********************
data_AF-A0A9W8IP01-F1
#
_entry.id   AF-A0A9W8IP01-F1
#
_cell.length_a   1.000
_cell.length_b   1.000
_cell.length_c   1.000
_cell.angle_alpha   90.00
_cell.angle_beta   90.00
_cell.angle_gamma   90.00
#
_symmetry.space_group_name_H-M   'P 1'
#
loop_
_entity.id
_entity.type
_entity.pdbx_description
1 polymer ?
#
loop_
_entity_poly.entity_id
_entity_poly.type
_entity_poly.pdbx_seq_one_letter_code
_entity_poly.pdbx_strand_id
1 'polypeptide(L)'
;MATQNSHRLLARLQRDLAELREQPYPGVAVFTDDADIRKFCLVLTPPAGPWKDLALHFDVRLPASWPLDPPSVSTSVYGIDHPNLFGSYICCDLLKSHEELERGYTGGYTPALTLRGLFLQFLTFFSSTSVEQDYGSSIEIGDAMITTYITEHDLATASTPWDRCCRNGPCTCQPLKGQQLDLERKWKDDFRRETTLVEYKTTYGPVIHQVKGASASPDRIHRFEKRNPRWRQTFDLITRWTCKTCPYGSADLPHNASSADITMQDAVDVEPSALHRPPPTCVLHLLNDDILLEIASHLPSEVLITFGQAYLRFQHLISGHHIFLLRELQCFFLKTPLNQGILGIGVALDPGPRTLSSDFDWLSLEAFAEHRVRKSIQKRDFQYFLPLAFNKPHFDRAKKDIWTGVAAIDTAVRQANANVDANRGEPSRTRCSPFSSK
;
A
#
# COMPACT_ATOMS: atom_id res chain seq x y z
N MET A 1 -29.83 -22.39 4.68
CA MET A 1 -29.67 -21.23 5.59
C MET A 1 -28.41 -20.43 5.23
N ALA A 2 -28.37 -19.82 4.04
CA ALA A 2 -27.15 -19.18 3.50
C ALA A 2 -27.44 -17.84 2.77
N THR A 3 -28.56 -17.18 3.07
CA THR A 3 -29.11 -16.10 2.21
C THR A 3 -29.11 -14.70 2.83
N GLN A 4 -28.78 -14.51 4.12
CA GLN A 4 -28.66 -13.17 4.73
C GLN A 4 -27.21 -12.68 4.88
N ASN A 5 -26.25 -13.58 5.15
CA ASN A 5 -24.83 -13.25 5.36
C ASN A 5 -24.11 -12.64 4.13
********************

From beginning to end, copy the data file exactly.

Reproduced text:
data_AF-A0A9W8IP01-F1
#
_entry.id   AF-A0A9W8IP01-F1
#
_cell.length_a   1.000
_cell.length_b   1.000
_cell.length_c   1.000
_cell.angle_alpha   90.00
_cell.angle_beta   90.00
_cell.angle_gamma   90.00
#
_symmetry.space_group_name_H-M   'P 1'
#
loop_
_entity.id
_entity.type
_entity.pdbx_description
1 polymer ?
#
loop_
_entity_poly.entity_id
_entity_poly.type
_entity_poly.pdbx_seq_one_letter_code
_entity_poly.pdbx_strand_id
1 'polypeptide(L)'
;MATQNSHRLLARLQRDLAELREQPYPGVAVFTDDADIRKFCLVLTPPAGPWKDLALHFDVRLPASWPLDPPSVSTSVYGIDHPNLFGSYICCDLLKSHEELERGYTGGYTPALTLRGLFLQFLTFFSSTSVEQDYGSSIEIGDAMITTYITEHDLATASTPWDRCCRNGPCTCQPLKGQQLDLERKWKDDFRRETTLVEYKTTYGPVIHQVKGASASPDRIHRFEKRNPRWRQTFDLITRWTCKTCPYGSADLPHNASSADITMQDAVDVEPSALHRPPPTCVLHLLNDDILLEIASHLPSEVLITFGQAYLRFQHLISGHHIFLLRELQCFFLKTPLNQGILGIGVALDPGPRTLSSDFDWLSLEAFAEHRVRKSIQKRDFQYFLPLAFNKPHFDRAKKDIWTGVAAIDTAVRQANANVDANRGEPSRTRCSPFSSK
;
A
#
# COMPACT_ATOMS: atom_id res chain seq x y z
N MET A 1 -29.83 -22.39 4.68
CA MET A 1 -29.67 -21.23 5.59
C MET A 1 -28.41 -20.43 5.23
N ALA A 2 -28.37 -19.82 4.04
CA ALA A 2 -27.15 -19.18 3.50
C ALA A 2 -27.44 -17.84 2.77
N THR A 3 -28.56 -17.18 3.07
CA THR A 3 -29.11 -16.10 2.21
C THR A 3 -29.11 -14.70 2.83
N GLN A 4 -28.78 -14.51 4.12
CA GLN A 4 -28.66 -13.17 4.73
C GLN A 4 -27.21 -12.68 4.88
N ASN A 5 -26.25 -13.58 5.15
CA ASN A 5 -24.83 -13.25 5.36
C ASN A 5 -24.11 -12.64 4.13